Also on the lovely historical Ping Shan Heritage Trail is one old walled village – Shenug Cheung Wai. There are several walled villages all over Hong Kong, aimed to defend a clan from invading pirates and looting gangs that disturbed the otherwise peaceful life of the locals in the once unprotected areas of southern China. Most of these villages are rectangular with walls facing outside and house entrances facing the inside, with one main village entrance for going in and out.
The Hong Kong government site has the historical background :
Sheung Cheung Wai, situated west of Hang Tau Tsuen, was built about 200 years ago by a line of the Tang Clan that branched out from Hang Tau Tsuen in Ping Shan. It is the only walled village along the Ping Shan Heritage Trail.
Sheung Cheung Wai is a typical local walled village. The symmetrical layout of the village features rows of houses enclosed by a green-brick wall, with the gatehouse and shrine lying on the central axis. The wall of the village was once surrounded by a moat with the only entrance situated in the middle of the southern wall. Although the moat has been filled in, and the gatehouse and the shrine have been re-constructed, part of the enclosing walls and old houses inside still remain to provide a general impression of the original setting, layout and characteristics of a traditional Chinese walled village.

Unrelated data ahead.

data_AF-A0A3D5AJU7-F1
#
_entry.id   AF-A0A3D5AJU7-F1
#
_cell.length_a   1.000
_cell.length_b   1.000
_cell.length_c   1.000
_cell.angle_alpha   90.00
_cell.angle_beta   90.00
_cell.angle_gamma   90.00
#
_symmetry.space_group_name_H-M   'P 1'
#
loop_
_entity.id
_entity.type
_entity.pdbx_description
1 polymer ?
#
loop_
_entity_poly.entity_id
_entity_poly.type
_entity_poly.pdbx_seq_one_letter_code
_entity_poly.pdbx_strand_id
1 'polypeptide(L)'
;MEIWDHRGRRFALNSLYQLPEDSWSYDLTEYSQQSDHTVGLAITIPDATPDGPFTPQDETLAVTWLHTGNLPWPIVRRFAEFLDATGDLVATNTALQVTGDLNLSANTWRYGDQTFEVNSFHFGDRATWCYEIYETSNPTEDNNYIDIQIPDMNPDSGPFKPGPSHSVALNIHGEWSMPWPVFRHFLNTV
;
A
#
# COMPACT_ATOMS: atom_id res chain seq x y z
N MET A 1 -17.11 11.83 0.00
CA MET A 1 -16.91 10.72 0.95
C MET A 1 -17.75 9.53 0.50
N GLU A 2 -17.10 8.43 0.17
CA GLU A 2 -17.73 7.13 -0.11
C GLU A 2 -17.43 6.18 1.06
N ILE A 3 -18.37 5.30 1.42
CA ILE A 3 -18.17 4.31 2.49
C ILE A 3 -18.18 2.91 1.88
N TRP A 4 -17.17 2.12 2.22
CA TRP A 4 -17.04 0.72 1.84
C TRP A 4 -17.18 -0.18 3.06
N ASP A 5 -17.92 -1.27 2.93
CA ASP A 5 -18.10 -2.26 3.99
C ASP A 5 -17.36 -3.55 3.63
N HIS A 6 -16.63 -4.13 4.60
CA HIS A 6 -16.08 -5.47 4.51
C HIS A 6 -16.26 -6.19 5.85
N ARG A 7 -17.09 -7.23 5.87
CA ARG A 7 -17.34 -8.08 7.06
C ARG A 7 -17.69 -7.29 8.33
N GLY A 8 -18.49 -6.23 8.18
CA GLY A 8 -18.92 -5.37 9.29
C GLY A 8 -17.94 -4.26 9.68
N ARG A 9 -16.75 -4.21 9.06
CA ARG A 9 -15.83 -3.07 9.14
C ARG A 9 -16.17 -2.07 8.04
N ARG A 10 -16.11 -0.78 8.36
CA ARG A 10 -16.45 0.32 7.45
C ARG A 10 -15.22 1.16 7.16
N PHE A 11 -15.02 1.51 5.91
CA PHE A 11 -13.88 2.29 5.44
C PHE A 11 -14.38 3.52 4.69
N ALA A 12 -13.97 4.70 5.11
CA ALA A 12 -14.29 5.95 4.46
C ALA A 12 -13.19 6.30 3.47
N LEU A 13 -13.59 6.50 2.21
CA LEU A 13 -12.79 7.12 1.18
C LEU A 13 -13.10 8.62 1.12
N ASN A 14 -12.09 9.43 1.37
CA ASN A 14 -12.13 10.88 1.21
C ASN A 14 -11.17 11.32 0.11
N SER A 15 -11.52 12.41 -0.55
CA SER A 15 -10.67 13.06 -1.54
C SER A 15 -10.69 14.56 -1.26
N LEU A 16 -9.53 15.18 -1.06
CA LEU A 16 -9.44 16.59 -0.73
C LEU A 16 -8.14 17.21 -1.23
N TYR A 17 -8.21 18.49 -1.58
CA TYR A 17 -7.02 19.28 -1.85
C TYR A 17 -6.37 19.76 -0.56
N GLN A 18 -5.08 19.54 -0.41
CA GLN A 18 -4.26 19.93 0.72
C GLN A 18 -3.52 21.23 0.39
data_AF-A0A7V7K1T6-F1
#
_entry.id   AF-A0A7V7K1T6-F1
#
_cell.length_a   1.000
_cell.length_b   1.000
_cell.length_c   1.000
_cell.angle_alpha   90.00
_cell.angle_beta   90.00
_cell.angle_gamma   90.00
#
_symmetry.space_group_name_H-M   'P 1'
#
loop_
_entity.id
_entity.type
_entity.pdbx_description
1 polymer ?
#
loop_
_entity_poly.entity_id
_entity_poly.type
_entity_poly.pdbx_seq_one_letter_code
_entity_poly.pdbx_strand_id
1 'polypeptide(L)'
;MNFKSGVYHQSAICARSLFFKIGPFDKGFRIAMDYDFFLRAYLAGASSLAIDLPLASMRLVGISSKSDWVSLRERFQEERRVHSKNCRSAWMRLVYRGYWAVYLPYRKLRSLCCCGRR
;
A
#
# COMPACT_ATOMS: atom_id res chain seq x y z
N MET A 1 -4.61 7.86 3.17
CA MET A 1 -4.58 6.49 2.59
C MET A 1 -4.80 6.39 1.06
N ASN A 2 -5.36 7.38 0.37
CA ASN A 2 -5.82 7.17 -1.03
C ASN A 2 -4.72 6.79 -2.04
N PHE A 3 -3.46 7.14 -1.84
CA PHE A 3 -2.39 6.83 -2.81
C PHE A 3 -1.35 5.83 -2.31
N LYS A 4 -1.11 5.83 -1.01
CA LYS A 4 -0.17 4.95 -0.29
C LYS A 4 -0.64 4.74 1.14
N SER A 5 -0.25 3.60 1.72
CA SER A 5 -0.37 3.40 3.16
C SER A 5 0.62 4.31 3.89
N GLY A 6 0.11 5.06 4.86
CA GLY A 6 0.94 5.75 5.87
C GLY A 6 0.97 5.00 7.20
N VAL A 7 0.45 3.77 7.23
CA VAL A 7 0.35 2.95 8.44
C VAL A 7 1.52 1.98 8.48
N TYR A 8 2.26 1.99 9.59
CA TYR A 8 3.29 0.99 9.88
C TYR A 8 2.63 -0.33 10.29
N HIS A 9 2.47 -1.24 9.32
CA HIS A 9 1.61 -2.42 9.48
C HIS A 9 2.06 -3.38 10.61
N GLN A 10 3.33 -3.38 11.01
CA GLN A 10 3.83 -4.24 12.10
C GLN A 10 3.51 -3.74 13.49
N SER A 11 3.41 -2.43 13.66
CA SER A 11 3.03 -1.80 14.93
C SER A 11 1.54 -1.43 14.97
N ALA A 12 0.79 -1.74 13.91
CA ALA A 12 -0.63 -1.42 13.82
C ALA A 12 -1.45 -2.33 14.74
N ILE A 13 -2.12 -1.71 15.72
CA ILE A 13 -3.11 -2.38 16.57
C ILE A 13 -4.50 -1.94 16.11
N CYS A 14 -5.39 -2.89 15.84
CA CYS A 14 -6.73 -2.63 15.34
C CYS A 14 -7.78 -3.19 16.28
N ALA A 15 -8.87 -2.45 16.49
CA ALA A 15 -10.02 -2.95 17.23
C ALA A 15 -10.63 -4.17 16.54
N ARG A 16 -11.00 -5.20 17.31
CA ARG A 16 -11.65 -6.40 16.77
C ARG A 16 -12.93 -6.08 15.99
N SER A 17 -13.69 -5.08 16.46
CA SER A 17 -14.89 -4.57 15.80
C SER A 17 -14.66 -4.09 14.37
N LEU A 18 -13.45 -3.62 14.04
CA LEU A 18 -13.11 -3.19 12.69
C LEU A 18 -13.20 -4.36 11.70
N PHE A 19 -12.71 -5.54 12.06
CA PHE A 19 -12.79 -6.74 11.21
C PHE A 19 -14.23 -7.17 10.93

Though people are generally not welcome inside, no one was there to stop me from having a look…
Interestingly, some of the spaces there were unoccupied and rotting of neglect…
But that made it even more beautiful to me.
The people in those villages are living very simple lives and the infrastructure seems lacking when you think about most of how Hong Kong people live elsewhere. Still, it has its own charm and it’s a living piece of history in a city that thrives on the hectic pace of modern life. That’s got to count for something.